Many claims are made about how certain tools, technologies, and practices improve software development. Software application development methodologies continue to jostle for recognition (and ultimately adoption) among the programmer cognoscenti around the globe. When waterfall is out, Agile is in. When "lean scrum" clustering for application development is out, Rational Unified Process and more “systems level” architecting is in.
But which claims are verifiable and which are merely wishful thinking — and what really works?
In truth, we now have so much “information about information,” so much “data management” to help deal with our data that we sometimes appear to be at a tipping point when even meta-tagging and data optimization tools seem to lead us into brick walls.
In Making Software: What Really Works, and Why We Believe It (O'Reilly Media), contributors including Steve McConnell, Barry Boehm, Jorge Aranda, Andreas Zeller, and Barbara Kitchenham offer essays that uncover what they call the “truth" and "unmask myths” commonly held within the software development community.
The book is edited by Andy Oram and longtime Dr. Dobb's contributor Gregory V. Wilson.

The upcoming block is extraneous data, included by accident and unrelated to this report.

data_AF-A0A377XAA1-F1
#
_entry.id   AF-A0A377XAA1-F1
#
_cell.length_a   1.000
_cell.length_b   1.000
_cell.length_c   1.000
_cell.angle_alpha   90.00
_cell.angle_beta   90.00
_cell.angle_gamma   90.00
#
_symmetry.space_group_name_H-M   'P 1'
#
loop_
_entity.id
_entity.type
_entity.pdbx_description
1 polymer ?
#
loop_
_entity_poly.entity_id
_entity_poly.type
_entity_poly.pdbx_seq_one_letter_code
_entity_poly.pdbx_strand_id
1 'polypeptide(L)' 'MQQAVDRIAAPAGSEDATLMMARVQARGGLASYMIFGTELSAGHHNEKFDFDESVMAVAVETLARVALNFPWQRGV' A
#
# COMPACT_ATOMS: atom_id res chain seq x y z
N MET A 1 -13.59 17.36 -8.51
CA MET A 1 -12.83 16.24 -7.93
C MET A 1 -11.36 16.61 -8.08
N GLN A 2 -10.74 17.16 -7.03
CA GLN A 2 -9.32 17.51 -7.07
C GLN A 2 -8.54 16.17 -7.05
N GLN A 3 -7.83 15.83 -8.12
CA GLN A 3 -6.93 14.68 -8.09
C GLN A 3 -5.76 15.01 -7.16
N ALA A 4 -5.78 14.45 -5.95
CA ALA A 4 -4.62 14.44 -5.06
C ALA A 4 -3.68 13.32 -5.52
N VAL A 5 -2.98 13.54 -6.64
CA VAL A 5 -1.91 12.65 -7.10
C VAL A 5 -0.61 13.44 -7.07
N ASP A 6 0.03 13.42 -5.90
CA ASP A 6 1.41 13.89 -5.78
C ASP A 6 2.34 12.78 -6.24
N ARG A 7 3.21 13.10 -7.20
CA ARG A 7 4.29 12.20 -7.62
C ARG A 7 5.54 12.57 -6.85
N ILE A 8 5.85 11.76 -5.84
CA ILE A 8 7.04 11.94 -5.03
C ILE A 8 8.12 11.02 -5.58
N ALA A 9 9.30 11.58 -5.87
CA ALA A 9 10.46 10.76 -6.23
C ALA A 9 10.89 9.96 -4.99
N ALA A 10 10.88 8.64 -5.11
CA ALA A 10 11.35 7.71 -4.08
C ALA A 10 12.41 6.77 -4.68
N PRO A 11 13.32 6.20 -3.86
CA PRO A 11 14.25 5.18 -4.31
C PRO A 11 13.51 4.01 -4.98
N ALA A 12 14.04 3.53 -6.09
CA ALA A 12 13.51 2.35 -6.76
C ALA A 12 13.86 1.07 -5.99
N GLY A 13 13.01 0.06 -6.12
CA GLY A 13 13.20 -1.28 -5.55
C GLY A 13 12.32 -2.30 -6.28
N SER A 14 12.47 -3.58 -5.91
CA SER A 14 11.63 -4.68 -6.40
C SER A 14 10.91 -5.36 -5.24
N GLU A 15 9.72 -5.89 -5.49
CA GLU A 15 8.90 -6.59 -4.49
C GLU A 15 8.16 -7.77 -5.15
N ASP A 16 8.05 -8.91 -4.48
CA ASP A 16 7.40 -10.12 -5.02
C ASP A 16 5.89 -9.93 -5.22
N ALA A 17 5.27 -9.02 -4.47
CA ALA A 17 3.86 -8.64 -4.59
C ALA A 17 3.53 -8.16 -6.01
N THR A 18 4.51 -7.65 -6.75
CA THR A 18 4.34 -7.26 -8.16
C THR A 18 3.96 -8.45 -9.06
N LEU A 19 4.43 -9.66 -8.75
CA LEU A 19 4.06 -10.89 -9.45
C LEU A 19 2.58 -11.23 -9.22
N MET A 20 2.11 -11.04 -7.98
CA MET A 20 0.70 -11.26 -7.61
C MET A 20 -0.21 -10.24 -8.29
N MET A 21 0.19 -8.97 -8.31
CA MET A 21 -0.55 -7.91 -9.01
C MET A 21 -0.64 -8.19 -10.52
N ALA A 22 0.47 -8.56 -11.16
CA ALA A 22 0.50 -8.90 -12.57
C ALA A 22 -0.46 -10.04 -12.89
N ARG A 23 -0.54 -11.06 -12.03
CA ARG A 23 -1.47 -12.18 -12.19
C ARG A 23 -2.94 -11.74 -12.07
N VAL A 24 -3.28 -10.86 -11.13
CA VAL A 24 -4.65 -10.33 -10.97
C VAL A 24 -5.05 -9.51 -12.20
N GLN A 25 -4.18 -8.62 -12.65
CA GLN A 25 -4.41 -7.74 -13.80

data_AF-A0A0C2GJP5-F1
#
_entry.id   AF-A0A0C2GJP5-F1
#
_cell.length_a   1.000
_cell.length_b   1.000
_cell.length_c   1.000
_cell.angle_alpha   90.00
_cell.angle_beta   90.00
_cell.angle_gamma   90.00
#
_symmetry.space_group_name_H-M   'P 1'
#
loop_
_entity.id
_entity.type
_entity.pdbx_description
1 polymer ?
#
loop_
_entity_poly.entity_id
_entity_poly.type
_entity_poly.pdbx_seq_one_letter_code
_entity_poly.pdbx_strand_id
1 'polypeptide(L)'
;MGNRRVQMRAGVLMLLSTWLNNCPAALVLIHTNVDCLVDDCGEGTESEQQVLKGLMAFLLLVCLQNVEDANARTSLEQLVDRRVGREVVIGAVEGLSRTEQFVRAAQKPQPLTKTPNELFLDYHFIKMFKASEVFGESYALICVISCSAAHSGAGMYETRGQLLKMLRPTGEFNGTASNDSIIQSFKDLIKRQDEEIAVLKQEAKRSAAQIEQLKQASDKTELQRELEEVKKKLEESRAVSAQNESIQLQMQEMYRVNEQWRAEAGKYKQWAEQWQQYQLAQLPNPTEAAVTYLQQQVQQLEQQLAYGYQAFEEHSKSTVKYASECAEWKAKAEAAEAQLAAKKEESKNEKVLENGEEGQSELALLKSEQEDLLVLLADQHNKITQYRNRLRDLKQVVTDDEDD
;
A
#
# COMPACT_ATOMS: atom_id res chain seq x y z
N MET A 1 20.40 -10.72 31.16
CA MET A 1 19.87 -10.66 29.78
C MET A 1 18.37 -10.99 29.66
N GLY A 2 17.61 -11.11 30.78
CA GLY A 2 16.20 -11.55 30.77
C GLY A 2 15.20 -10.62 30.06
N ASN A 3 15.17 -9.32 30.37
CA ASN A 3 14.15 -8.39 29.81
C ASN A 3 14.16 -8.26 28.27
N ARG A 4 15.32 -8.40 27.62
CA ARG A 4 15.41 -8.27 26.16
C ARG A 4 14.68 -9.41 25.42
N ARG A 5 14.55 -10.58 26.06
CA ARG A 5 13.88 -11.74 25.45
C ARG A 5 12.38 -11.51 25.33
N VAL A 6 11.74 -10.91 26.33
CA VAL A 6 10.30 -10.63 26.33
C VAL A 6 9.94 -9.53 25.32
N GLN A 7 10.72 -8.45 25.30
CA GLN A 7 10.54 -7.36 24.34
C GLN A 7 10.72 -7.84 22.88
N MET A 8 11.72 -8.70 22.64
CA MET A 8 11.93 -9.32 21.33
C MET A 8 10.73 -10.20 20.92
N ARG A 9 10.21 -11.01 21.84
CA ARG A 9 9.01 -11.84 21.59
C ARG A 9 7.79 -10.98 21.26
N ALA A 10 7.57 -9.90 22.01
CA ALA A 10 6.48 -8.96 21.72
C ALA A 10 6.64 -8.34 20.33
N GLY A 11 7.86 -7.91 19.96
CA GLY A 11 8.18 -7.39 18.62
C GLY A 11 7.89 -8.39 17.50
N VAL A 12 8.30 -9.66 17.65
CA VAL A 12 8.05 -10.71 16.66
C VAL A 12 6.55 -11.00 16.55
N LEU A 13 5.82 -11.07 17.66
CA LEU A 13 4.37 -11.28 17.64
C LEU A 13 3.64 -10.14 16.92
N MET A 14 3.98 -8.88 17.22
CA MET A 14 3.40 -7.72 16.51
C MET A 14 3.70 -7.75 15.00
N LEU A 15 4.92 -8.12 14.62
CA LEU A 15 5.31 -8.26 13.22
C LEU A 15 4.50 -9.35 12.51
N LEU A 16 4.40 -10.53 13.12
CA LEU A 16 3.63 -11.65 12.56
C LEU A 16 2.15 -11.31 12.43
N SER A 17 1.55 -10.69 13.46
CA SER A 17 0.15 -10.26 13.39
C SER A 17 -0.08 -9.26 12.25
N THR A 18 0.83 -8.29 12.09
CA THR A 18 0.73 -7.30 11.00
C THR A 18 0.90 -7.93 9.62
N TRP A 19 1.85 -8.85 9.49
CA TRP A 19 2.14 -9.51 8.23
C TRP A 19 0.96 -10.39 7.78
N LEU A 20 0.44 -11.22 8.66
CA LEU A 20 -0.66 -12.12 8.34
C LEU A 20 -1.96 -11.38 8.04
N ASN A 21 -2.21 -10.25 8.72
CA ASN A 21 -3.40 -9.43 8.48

According to the publishers, the insights collected in this book may surprise you:
- Are some programmers really ten times more productive than others?
- Does writing tests first help you develop better code faster?
- Can code metrics predict the number of bugs in a piece of software?
- Do design patterns actually make better software?
- What effect does personality have on pair programming?
- What matters more: How far apart people are geographically, or how far apart they are in the org chart?
"We call ourselves 'engineers', but programming processes are mostly dictated by comfort and momentum instead of being driven by data. With this wealth of empirical data about writing code, finally our processes can be as scientific as our personalities," said Jason Cohen, founder of Smart Bear & WPEngine and guest author in this book.